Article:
Explores how "The Lord of the Rings" has influenced Western popular culture for the past 50 years. RINGERS explores the real foundations of Middle-earth; a community of true fans who share a common bond. Moving beyond "cult classic" and over several different generations, the film unearths countless people gathered under the banner of 'Ringer' -- academics, musicians, movie stars, authors, filmmakers, and a plethora of pop junkies. Celebrity interviewees include Peter Jackson, Elijah Wood, Ian McKellen, Clive Barker, and David Carradine. RINGERS features a dynamic rock-driven score with musicians who were influenced by J.R.R. Tolkien. Several indie recording artists have provided new covers of songs from previous "Rings" adaptations. Produced in association with the popular fan-site TheOneRing.net, RINGERS stands as the most comprehensive film document of the ongoing fandom of "The Lord of the Rings." Narrated by Dominic Monaghan, RINGERS traverses the hippie counter-culture and ...
I attended the premiere of "Ringers" in Park City and have now seen the film three times. Somehow, it got even more enjoyable with each viewing. "Ringers" is a film that will obviously appeal to fans of the books and movies but you do not have to be a Tolkien or "The Lord of the Rings" devotee to enjoy it. The film is smart, interesting, and entertaining and even those few poor souls who have never read the books or seen the films might find Ringers to be a fascinating social study. The filmmakers are obviously very knowledgeable and passionate about Tolkien and this shows from the first frame till the last.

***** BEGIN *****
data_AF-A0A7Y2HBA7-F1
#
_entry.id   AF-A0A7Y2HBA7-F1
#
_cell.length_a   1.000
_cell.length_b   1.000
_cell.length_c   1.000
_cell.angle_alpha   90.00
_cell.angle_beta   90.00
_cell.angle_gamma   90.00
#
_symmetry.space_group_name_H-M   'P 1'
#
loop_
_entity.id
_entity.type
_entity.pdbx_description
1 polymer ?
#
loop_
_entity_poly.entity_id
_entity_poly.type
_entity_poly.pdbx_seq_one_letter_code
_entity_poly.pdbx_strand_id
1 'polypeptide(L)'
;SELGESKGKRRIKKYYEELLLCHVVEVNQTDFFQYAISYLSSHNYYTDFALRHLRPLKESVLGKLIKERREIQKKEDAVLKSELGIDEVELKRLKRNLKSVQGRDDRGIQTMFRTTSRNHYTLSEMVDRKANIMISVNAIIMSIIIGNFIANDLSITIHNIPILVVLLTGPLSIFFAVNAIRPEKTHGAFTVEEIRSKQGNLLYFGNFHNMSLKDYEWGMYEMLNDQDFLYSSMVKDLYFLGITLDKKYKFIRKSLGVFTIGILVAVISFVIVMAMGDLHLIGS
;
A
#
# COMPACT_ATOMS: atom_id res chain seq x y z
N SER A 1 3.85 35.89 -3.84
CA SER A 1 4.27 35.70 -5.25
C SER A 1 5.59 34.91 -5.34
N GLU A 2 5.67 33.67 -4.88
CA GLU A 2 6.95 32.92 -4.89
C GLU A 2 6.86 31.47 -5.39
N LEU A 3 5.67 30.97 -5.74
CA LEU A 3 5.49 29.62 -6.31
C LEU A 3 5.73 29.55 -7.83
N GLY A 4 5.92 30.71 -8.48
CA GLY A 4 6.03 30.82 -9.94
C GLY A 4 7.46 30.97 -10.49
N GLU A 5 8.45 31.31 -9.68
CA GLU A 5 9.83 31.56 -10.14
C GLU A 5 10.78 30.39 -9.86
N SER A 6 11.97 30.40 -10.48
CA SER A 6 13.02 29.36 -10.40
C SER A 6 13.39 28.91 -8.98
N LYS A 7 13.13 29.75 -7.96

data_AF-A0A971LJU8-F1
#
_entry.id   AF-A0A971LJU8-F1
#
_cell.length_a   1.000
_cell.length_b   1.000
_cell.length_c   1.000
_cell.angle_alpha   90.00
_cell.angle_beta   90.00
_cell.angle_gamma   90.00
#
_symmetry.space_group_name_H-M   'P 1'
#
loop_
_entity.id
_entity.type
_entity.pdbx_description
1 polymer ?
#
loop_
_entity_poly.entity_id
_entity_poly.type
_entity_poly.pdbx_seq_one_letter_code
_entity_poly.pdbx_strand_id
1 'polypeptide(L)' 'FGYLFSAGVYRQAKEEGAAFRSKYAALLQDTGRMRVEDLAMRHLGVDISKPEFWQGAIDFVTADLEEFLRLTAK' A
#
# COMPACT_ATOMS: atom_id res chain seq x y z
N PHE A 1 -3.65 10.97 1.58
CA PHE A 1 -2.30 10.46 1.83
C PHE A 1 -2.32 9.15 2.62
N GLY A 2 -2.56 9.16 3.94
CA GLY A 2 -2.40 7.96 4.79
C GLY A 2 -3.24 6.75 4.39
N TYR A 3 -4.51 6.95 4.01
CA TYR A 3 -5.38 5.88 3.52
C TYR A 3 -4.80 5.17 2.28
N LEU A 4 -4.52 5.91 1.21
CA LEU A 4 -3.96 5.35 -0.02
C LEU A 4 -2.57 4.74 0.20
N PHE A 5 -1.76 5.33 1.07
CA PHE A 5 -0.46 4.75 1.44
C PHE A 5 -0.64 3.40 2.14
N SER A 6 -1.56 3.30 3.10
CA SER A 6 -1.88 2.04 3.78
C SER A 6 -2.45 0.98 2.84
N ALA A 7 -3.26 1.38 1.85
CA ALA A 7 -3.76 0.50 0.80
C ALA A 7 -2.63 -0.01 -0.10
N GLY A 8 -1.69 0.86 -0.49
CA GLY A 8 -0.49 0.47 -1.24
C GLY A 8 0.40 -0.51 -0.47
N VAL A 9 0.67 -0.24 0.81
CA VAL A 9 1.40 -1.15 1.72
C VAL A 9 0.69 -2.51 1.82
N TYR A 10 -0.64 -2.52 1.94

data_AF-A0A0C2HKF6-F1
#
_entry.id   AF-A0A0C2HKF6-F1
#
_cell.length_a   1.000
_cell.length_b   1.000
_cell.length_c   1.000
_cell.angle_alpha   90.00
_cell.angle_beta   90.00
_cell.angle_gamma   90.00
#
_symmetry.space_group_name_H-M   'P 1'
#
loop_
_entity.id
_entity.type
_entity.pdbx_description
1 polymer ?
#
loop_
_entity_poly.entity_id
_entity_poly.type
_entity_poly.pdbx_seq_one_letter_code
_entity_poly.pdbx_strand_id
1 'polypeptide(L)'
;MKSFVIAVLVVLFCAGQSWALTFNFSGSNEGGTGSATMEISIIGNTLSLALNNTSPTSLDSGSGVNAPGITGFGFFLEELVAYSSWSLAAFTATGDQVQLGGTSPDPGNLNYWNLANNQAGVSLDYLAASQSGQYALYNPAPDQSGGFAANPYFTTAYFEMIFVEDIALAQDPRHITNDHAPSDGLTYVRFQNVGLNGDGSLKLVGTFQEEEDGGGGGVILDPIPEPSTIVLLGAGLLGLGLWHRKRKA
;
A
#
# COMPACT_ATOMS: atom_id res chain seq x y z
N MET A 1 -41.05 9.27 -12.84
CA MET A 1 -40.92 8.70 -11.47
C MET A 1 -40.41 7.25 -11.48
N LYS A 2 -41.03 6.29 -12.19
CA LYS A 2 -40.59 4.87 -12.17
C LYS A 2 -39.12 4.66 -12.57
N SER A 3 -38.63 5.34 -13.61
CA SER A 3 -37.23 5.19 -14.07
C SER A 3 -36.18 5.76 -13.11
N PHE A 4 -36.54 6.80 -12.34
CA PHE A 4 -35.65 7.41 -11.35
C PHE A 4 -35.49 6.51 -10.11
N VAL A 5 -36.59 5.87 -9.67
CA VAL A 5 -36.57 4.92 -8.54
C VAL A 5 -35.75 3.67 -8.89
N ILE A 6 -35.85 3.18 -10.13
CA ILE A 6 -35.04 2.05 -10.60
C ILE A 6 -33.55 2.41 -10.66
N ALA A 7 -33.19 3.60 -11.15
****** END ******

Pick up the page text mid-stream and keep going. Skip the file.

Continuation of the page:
"Ringers" covers Tolkien's influence on pop culture from the original publication of the book in the 50's, through the 60's hippy counter-culture, 70's rock and roll music, and the current internet craze grounded in the website, theonering.net. It contains many satisfying interviews with movie and music celebrities and others known to be Tolkien enthusiasts. The movie celebs include those from the "The Lord of the Rings" films themselves. It has a good share of comments from luminaries in the field of literature as well, each without a hint of literary snobbery. I was pleasantly surprised by the addition of fun graphics and audio that were reminiscent of Monty Python. The somewhat contrived footage of groovy hippies getting way into Tolkien just adds to the wonderful campy feel of the segments. Being a hopeless music freak, I feel that the music is one of the highlights of the film. I often found myself focusing on it, sometimes distracting me from the visuals (but that's just me), which made my multiple viewings even more valuable. Even though there were plenty of Celtic-type tunes included in appropriate spots, the film is mostly driven by pounding rock music, including the miraculous offering of Led Zeppelin's "Ramble On". For those who do not know, several classic rock bands wrote music based on the books and this fact is discussed in the film in satisfying depth. I should also mention that there is some gorgeous footage of New Zealand, the movies' Middle-earth. The filmmakers traveled around the world in their quest to make this film representative of the fans, who come from every part of the planet.
Of course, as expected, there are plenty of fan interviews and anecdotal blurbs. They range from the serious and poignant to the fun and silly. Although the focus appears to be more on the hard-core costumed fans instead of the more mainstream ones, there is a good representation of both. A couple interviews with fans who might be described as being on the outer fringe of fandom caused major chuckles from the audience, but these fans are treated with genuine affection by the interviewer. They are never made to look foolish - only fun-loving and passionate. And passion is what this film is about. Passion for a book...a trio of movies...and the people who created them. Passion for a story that will, no doubt, live on forever because its themes are timeless.
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